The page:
Insurance policies have different levels and amounts in terms of coverage. While minimums in Ontario, like $200,000 in third-party liability, are legally required, higher coverage can help cover supplementary costs in the event of an accident resulting in injuries or a lawsuit. Compulsory car insurance also covers fixing your car in the event of a not-at-fault accident – regardless of who’s behind the wheel.
No consideration of your driving experience: Some insurers will accept the fact that you can buy car insurance (with a newly received Canadian driving licence) but will treat you like somebody who has just got a driving licence and has no driving experience. If you are a young driver in Ontario, your rates can reach $250-$350 per month – not a very attractive scenario!

One of the ways you can find out the cost of auto insurance in Toronto is to use a car insurance calculator. Online car insurance calculators make it easy for you to fill out your information so you can assess your coverage and cost options. You'll get a sense of the average Toronto car insurance rates you can expect to pay, based on the information you provided. They are definitely a great resource when shopping for car insurance.
The information and examples provided are intended as general information. This information does not constitute legal or insurance advice. You must speak to one of our insurance advisors before purchasing your policy to review additional coverage options and benefits that could be available. Insurance policies contain exclusions and limitations that may affect your coverage and the benefits payable.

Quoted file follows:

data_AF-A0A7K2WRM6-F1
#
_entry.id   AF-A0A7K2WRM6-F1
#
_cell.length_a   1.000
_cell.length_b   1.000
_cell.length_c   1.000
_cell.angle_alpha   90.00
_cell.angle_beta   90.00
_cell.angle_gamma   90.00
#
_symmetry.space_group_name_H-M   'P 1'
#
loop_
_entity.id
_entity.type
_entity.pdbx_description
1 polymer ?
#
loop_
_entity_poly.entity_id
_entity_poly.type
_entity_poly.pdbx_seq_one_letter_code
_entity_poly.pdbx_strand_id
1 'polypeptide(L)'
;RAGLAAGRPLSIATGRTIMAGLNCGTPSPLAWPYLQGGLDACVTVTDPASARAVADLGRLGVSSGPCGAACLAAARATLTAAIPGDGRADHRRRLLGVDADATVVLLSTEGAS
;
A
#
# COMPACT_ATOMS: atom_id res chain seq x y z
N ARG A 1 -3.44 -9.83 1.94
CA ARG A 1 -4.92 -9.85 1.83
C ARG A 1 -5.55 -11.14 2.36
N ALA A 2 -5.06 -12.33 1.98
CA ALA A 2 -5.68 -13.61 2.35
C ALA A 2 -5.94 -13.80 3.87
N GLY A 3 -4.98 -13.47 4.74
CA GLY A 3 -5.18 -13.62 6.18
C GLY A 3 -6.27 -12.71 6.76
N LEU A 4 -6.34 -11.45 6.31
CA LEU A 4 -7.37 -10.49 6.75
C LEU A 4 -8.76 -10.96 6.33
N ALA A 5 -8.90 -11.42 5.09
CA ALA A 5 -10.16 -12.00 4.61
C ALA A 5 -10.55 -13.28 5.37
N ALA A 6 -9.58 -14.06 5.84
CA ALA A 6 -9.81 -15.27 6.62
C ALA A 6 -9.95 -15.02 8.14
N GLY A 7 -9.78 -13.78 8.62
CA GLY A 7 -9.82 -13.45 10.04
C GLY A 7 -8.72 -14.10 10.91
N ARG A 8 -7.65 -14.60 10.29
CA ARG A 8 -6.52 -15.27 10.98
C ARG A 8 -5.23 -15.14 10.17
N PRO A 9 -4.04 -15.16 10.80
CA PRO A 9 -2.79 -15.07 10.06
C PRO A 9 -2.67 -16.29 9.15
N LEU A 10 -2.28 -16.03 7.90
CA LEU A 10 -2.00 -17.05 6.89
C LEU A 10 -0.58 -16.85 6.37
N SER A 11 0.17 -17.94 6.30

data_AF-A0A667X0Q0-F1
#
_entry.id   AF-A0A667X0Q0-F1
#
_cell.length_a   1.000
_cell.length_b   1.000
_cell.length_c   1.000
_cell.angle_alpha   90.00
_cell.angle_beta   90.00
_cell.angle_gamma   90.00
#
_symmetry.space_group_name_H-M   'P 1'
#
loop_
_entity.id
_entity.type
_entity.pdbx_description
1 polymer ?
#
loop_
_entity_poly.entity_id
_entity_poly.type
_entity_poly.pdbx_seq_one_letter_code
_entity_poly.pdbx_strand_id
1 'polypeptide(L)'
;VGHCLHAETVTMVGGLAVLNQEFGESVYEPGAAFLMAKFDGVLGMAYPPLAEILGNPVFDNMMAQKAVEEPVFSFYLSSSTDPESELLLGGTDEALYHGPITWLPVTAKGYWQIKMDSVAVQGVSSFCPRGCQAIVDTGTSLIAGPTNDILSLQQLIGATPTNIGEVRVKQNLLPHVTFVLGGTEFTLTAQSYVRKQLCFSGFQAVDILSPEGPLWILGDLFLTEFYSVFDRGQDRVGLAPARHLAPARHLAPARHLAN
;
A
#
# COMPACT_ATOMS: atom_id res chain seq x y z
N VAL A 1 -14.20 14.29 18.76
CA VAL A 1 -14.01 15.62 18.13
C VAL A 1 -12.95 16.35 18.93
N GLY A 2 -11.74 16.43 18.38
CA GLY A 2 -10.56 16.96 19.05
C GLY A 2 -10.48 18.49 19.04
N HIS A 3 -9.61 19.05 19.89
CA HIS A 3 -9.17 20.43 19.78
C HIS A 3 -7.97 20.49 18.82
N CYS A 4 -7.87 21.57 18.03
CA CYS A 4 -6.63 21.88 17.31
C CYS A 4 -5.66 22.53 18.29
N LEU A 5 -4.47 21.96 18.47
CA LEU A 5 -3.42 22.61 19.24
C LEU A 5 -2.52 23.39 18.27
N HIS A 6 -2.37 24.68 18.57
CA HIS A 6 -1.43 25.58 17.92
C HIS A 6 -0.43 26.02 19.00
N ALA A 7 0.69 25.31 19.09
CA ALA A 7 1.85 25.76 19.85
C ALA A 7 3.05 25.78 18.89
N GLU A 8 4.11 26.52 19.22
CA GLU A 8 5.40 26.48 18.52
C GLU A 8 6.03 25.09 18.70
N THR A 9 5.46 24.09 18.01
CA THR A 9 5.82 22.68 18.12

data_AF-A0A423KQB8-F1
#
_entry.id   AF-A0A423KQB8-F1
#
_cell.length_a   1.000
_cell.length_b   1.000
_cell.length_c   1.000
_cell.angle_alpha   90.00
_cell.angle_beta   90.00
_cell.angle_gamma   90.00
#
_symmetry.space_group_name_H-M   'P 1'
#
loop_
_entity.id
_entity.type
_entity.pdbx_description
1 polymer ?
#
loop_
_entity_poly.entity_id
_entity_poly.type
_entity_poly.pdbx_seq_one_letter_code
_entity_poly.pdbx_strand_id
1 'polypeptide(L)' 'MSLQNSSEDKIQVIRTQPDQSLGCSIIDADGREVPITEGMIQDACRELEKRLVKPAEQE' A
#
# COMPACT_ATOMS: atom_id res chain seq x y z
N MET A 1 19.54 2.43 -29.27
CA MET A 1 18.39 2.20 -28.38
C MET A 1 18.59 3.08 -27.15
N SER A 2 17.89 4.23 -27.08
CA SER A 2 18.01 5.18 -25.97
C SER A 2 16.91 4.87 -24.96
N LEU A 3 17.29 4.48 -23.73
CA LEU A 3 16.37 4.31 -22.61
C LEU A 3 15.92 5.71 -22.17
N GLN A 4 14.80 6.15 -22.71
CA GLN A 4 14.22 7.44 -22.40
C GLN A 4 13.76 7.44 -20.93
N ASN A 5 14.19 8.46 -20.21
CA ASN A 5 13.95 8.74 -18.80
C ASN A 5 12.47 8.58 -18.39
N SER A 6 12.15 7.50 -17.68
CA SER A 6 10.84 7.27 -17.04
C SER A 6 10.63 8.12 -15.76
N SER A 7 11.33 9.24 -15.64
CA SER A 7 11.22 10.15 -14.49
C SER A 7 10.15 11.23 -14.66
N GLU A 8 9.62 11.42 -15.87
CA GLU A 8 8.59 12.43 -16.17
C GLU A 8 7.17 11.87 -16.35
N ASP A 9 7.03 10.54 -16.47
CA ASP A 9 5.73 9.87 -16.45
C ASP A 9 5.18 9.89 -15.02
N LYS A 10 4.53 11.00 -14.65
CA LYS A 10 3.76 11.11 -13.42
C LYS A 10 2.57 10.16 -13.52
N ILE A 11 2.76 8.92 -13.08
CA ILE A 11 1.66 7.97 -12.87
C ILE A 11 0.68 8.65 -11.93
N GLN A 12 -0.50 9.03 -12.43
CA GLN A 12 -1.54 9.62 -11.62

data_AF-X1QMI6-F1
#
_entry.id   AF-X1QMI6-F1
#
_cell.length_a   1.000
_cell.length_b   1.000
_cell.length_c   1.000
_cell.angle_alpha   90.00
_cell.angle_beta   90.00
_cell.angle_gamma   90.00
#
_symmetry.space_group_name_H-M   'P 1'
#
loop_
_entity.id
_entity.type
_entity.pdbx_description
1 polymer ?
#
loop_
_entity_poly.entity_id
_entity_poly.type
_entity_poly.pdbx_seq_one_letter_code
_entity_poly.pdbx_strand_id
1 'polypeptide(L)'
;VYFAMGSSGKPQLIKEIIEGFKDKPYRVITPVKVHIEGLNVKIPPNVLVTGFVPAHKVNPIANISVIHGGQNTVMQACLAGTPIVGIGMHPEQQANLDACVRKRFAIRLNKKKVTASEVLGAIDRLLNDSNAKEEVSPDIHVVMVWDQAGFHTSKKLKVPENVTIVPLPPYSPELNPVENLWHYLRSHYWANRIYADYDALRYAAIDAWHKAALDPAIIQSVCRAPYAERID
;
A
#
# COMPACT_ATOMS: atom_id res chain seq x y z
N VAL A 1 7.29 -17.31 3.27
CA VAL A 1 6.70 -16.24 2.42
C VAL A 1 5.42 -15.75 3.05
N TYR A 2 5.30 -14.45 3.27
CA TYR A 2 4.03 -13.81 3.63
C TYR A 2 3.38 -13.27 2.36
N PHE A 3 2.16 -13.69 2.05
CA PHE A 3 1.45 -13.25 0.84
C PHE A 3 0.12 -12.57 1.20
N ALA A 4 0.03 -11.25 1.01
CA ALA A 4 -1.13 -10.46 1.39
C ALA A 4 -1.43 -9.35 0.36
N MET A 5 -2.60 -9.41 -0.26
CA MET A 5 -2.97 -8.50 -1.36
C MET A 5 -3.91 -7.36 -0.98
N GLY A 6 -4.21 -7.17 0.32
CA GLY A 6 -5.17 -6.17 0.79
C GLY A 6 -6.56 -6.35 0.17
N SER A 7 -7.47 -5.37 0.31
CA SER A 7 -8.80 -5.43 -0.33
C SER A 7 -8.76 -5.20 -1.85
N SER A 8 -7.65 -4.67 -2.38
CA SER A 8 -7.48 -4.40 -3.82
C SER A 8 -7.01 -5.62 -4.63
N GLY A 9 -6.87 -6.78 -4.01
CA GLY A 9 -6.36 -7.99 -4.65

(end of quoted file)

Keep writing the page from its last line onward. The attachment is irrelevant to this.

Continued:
In Alberta, Ontario, the Atlantic provinces, and the territories, there are only private insurers. In British Columbia, Manitoba, and Saskatchewan, basic auto insurance is available from the government and additional coverage is available from private insurers. Quebec, on the other hand, has is it's own unique regulations - public insurance covers injury or death while private insurance covers property damage.
If your driving licence originates from a country that has an agreement with Canada and can be converted into a Canadian licence, there is also the question of how long you can drive with your out-of-country driving licence before you have to convert it, and these times vary by province. Here are examples from Ontario, Alberta, and British Columbia:

Insurers determine your rates based on the year, make, model, engine size, and age of a vehicle. More expensive cars, less safe cars, and commonly stolen cars can cost more, as insurance is based partly on how likely your car is to get stolen, how much it would cost to replace it, and the cost to repair it after a crash. Vehicles with the highest safety ratings have lower insurance rates.
If your driving licence originates from a country that has an agreement with Canada and can be converted into a Canadian licence, there is also the question of how long you can drive with your out-of-country driving licence before you have to convert it, and these times vary by province. Here are examples from Ontario, Alberta, and British Columbia:

To begin with, you (and all drivers you wish to include in the policy) must have a valid driver's license and be a resident of Canada. Next, insurance companies will look at your prior driving record to determine eligibility and rates. However, rates will vary depending on whether you are looking for a new insurance policy altogether or if you wish to renew an existing one. Other eligibility restrictions may arise from past convictions. This too, will vary depending on when your last conviction occurred and the nature of the conviction.
×